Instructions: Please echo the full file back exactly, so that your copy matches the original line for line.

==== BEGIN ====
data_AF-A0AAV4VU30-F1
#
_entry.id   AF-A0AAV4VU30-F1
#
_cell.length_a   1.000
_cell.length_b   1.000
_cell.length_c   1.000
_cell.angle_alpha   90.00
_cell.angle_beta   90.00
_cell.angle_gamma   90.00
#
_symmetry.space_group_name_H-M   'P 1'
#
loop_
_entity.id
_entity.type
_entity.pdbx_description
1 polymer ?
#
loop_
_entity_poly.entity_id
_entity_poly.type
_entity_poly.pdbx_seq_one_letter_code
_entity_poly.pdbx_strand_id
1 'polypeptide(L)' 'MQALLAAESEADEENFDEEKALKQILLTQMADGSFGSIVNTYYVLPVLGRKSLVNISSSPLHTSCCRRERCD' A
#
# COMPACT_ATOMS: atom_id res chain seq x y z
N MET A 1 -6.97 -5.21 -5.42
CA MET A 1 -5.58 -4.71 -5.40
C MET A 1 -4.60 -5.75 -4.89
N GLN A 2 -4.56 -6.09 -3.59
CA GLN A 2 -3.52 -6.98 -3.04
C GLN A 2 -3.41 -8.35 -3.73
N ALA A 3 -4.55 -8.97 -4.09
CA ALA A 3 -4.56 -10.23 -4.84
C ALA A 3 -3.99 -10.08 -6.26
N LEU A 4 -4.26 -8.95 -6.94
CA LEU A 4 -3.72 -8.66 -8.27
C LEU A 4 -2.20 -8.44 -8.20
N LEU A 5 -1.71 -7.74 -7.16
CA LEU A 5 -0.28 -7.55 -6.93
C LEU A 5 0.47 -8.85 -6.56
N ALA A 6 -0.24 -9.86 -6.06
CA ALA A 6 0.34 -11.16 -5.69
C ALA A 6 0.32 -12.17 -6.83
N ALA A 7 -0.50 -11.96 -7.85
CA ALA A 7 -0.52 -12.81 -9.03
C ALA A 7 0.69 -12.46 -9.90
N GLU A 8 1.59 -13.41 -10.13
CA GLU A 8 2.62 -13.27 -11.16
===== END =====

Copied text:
data_AF-A0AAV4VU30-F1
#
_entry.id   AF-A0AAV4VU30-F1
#
_cell.length_a   1.000
_cell.length_b   1.000
_cell.length_c   1.000
_cell.angle_alpha   90.00
_cell.angle_beta   90.00
_cell.angle_gamma   90.00
#
_symmetry.space_group_name_H-M   'P 1'
#
loop_
_entity.id
_entity.type
_entity.pdbx_description
1 polymer ?
#
loop_
_entity_poly.entity_id
_entity_poly.type
_entity_poly.pdbx_seq_one_letter_code
_entity_poly.pdbx_strand_id
1 'polypeptide(L)' 'MQALLAAESEADEENFDEEKALKQILLTQMADGSFGSIVNTYYVLPVLGRKSLVNISSSPLHTSCCRRERCD' A
#
# COMPACT_ATOMS: atom_id res chain seq x y z
N MET A 1 -6.97 -5.21 -5.42
CA MET A 1 -5.58 -4.71 -5.40
C MET A 1 -4.60 -5.75 -4.89
N GLN A 2 -4.56 -6.09 -3.59
CA GLN A 2 -3.52 -6.98 -3.04
C GLN A 2 -3.41 -8.35 -3.73
N ALA A 3 -4.55 -8.97 -4.09
CA ALA A 3 -4.56 -10.23 -4.84
C ALA A 3 -3.99 -10.08 -6.26
N LEU A 4 -4.26 -8.95 -6.94
CA LEU A 4 -3.72 -8.66 -8.27
C LEU A 4 -2.20 -8.44 -8.20
N LEU A 5 -1.71 -7.74 -7.16
CA LEU A 5 -0.28 -7.55 -6.93
C LEU A 5 0.47 -8.85 -6.56
N ALA A 6 -0.24 -9.86 -6.06
CA ALA A 6 0.34 -11.16 -5.69
C ALA A 6 0.32 -12.17 -6.83
N ALA A 7 -0.50 -11.96 -7.85
CA ALA A 7 -0.52 -12.81 -9.03
C ALA A 7 0.69 -12.46 -9.90
N GLU A 8 1.59 -13.41 -10.13
CA GLU A 8 2.62 -13.27 -11.16